There’s gen­uinely im­pres­sive ride qual­ity even in Dy­namic mode

Wheels (Australia) - - First­drivet S - ANDY EN­RIGHT

mounted in­side the V6’s 90-de­gree vee, the lat­est engine is a step-down in char­ac­ter from the last su­per­charged V6, lack­ing that car’s ban­shee top- end histri­on­ics, but it’s an un­de­ni­ably ef­fec­tive pow­er­plant. Sup­ple and leggy, it works beau­ti­fully with the tip­tronic auto, al­though it would be good to be able to sep­a­rate the throttle char­ac­ter­is­tics from the gear­box ag­gres­sion, which can be a lit­tle over- ea­ger to kick in a mid- cor­ner up­shift when the Drive Se­lect sys­tem is set to Dy­namic mode.

A lot of work has clearly gone into pol­ish­ing the all-new fivelink sus­pen­sion of the S5, with gen­uinely im­pres­sive ride qual­ity even when the adap­tive dampers are switched into their most ag­gres­sive Dy­namic mode. The ef­fec­tive­ness of the front end was thrown into sharp re­lief by a back-to-back com­par­i­son with the A5 2.0 TFSI qu­at­tro model, which pat­tered badly un­der brak­ing on scabby sur­faces, send­ing the car’s elec­tron­ics into neu­roses.

The S5, by com­par­i­son, re­mained rock steady un­der brak­ing, with ex­cel­lent pedal feel and sharp turn-in. The op­tional $ 2950 Audi sport dif­fer­en­tial was fit­ted to all test cars and should be a stan­dard fit item, de­liv­er­ing ex­tra trac­tion out of cor­ners to the rear wheel best able to de­ploy it. The S5’s nom­i­nal torque split is 40: 60 front/rear, and in the event of slip, up to 85 per­cent of drive can be di­rected for­ward or 70 per­cent aft.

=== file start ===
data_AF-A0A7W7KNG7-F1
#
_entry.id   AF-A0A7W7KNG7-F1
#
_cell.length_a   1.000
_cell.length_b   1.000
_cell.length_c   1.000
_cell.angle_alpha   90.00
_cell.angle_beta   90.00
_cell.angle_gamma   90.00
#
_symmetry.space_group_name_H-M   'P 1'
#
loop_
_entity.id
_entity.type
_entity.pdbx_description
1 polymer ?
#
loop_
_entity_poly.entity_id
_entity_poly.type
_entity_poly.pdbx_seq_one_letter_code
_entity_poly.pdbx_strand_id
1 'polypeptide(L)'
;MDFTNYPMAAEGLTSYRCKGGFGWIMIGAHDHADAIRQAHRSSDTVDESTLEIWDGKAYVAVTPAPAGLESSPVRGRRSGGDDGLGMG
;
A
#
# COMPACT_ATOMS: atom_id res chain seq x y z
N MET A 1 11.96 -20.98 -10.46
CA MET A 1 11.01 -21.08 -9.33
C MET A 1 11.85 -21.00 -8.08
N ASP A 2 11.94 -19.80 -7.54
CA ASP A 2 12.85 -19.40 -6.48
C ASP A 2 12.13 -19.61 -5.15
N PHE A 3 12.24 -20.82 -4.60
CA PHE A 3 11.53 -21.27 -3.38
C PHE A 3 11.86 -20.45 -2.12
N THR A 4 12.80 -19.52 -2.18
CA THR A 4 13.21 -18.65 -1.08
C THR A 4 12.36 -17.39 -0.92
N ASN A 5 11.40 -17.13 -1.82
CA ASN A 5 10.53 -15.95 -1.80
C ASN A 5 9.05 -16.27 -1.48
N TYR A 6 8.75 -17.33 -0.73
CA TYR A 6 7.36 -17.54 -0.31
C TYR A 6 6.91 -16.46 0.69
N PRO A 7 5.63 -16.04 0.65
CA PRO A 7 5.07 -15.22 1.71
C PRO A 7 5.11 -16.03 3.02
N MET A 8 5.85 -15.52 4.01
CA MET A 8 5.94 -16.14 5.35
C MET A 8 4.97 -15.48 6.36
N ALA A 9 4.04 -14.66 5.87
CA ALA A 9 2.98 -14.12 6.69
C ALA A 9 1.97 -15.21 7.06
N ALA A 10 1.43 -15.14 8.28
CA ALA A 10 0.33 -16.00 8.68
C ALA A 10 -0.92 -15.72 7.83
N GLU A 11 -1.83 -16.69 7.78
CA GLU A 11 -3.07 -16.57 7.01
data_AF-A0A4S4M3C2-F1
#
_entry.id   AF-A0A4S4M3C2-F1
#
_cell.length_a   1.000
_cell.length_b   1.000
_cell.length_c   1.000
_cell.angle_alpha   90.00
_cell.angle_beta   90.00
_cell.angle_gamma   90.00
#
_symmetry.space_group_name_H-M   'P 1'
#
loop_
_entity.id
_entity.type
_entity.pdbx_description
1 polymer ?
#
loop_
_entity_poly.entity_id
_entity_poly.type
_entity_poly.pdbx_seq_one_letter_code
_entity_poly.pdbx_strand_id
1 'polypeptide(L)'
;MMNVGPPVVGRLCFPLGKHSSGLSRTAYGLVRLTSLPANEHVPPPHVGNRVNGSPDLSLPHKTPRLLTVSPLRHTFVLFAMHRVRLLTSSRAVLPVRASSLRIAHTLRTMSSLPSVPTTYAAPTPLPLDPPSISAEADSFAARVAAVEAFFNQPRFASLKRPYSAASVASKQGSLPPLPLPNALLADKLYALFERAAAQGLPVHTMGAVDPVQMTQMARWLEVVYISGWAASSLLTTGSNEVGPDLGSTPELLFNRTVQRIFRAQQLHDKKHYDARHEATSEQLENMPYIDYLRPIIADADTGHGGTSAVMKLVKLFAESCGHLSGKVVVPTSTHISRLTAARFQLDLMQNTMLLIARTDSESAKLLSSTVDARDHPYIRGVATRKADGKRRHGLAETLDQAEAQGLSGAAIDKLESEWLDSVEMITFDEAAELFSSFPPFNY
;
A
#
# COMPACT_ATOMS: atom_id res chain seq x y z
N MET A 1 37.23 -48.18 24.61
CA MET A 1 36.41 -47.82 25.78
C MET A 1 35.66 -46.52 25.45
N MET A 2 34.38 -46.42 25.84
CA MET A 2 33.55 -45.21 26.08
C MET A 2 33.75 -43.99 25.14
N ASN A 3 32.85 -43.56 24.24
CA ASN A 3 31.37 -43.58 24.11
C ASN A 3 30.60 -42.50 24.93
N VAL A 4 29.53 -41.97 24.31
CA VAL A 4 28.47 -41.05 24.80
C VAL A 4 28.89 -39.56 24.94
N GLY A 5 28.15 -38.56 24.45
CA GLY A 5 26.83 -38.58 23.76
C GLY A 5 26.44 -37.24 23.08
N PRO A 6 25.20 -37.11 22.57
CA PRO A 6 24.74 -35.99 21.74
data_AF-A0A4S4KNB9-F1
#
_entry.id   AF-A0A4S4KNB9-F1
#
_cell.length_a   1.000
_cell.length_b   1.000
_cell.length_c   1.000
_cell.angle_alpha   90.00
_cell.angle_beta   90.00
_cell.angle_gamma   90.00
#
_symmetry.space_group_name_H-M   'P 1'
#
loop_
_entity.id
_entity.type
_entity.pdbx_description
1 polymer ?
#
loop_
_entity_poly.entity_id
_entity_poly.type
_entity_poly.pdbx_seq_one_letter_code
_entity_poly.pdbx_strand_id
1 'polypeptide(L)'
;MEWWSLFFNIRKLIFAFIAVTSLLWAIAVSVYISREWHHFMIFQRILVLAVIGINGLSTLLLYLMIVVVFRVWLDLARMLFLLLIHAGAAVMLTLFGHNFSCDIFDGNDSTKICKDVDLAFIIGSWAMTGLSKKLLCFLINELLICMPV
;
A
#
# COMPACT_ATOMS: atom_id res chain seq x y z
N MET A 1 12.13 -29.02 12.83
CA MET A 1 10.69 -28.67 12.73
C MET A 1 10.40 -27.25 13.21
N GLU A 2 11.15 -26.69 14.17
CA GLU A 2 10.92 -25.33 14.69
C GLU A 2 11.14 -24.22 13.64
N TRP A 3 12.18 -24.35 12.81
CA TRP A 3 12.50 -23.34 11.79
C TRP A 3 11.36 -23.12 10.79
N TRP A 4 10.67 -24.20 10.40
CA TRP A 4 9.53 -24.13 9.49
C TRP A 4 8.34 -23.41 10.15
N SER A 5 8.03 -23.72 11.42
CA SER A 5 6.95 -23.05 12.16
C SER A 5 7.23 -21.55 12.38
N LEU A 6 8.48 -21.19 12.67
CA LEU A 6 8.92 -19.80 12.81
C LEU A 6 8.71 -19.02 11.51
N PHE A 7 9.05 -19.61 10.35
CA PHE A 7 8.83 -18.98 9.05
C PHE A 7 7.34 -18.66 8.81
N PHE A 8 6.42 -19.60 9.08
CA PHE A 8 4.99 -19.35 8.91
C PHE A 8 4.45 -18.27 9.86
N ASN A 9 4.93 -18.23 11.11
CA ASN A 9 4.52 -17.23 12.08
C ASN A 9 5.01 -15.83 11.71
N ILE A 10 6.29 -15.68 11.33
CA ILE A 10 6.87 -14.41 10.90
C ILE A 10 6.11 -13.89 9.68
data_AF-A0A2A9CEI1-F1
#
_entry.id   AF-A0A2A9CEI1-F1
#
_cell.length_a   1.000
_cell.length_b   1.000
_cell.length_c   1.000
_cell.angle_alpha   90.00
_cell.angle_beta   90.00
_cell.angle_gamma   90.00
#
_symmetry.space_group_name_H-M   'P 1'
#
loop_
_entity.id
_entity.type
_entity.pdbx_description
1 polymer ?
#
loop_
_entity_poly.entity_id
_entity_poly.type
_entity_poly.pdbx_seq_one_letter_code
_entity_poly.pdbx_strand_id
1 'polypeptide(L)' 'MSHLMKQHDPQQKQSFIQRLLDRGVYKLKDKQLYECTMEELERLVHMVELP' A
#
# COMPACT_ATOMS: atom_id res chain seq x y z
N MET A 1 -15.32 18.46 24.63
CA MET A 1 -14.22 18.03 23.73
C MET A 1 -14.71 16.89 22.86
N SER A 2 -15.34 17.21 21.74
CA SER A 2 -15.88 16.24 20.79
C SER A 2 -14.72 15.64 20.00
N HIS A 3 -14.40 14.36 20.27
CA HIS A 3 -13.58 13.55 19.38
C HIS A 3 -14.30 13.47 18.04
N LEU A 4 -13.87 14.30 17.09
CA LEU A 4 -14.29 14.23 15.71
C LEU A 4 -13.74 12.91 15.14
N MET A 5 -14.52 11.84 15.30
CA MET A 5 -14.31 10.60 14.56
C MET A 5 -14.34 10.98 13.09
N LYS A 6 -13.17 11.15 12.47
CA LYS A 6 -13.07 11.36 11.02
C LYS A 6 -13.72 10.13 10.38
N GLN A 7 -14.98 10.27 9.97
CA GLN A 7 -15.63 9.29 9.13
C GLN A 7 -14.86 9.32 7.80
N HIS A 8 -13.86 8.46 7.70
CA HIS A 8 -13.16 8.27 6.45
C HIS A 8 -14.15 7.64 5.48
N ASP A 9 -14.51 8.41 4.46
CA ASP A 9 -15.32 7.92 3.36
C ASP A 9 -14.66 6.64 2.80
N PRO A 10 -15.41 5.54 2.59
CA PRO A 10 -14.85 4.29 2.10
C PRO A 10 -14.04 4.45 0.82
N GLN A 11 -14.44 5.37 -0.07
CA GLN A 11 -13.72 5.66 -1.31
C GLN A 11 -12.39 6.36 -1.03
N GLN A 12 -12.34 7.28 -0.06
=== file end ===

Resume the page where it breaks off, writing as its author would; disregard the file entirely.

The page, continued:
The in­te­rior, per­haps sur­pris­ingly for an Audi, was one of the few ar­eas where it was pos­si­ble to pick holes. It’s big­ger than be­fore, with a few more thought­ful touches, such as the vari­able height, robot-fed seat­belts, but a car­bon­fi­bre fas­cia in a GT car is a rare cloth-eared move from In­gol­stadt. Sit­ing the Drive Se­lect switch on the fas­cia low and to the far left is ev­i­dence of a lazy right-hand drive sign off and while the qual­ity of ma­te­ri­als was ex­cel­lent, ev­ery S5 we tested fit­ted with the op­tional Bang and Olufsen 3D stereo sys­tem suf­fered from rat­tling door speak­ers.

It’s hard not to sus­pect that the S5 rep­re­sents a foren­sic ex­er­cise in box-tick­ing. See­ing the two cars, old and new sit­ting along­side each other, I couldn’t help think of the 2003 re­make of The Ital­ian Job. Com­pared to the orig­i­nal, the crooks stole $ 35m worth of gold ver­sus $ 4m, it ran for 111 min­utes as op­posed to 99, it grossed far more at the box office and many, many more bloody doors were blown off. It was an ob­jec­tively su­pe­rior ex­er­cise in vir­tu­ally ev­ery re­gard. Yet the magic had gone, and the same ac­cu­sa­tion can be lev­elled at the ju­di­ciously ef­fec­tive S5. De­spite that, Audi is un­flinch­ingly con­fi­dent that S5 buy­ers don’t be­lieve in magic. It may well be right.

Sports diff needs to be stan­dard; engine lacks au­ral fizz Pace; grip; com­po­sure; build; prac­ti­cal­ity; smart gad­getry

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